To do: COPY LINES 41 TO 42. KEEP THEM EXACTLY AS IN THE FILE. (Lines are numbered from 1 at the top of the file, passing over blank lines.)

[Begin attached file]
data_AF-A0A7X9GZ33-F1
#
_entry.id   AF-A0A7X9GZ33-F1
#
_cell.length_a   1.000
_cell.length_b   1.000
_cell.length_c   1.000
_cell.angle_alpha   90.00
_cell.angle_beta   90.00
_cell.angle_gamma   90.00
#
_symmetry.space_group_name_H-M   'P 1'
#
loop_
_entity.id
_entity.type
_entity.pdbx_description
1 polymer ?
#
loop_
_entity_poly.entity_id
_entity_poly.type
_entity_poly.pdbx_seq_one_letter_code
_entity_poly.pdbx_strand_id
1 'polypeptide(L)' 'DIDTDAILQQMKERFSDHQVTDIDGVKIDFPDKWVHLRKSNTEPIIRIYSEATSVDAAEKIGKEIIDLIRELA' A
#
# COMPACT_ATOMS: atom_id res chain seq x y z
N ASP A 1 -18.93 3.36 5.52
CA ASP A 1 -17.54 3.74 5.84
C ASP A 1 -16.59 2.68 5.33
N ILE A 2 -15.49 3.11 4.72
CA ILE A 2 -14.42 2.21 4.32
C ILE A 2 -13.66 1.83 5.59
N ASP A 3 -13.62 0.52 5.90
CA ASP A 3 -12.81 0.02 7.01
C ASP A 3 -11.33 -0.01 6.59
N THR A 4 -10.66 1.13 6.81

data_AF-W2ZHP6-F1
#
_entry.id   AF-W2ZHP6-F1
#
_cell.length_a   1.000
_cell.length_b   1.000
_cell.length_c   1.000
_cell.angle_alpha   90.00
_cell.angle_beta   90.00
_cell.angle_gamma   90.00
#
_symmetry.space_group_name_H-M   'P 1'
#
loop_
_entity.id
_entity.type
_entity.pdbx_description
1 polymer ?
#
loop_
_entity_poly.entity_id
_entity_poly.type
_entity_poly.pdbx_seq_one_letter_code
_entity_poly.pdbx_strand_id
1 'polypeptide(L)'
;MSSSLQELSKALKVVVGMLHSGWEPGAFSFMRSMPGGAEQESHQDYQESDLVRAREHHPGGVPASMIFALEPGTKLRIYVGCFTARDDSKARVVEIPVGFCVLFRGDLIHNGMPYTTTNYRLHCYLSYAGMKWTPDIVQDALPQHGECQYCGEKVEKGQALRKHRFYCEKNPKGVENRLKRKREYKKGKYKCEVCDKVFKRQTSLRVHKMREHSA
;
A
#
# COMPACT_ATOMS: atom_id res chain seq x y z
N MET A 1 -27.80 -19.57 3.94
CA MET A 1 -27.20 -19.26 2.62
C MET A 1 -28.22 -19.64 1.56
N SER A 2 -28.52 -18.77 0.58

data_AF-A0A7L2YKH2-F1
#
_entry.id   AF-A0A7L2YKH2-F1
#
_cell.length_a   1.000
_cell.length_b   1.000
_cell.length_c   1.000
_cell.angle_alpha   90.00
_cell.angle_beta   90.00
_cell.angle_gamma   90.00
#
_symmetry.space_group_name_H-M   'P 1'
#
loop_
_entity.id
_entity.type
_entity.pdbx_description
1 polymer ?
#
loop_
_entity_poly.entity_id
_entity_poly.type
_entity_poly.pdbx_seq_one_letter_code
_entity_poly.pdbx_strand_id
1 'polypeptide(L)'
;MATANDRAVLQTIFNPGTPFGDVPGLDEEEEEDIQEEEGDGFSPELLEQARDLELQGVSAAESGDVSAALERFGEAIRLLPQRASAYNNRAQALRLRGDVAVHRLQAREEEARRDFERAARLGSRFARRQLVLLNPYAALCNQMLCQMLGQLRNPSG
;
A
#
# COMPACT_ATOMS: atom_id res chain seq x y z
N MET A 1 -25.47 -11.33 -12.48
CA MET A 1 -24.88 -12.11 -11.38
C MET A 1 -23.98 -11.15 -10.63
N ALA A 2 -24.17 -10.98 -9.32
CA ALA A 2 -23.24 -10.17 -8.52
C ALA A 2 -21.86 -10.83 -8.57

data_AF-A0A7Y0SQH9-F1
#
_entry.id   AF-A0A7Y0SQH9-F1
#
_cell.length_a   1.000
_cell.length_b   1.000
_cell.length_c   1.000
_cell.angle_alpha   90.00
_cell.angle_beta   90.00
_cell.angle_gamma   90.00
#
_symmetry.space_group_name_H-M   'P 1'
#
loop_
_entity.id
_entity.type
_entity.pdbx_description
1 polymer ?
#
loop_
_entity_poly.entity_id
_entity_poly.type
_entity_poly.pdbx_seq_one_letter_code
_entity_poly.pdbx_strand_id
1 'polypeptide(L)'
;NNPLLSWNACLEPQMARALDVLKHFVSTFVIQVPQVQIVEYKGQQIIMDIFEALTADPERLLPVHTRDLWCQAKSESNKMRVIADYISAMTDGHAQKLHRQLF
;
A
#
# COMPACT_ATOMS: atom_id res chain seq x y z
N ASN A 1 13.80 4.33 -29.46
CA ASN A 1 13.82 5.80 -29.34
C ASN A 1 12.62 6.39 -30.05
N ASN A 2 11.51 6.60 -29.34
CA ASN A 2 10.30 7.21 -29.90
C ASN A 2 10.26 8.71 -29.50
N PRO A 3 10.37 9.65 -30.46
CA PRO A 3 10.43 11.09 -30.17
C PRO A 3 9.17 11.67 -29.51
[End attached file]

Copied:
#
_cell.length_a   1.000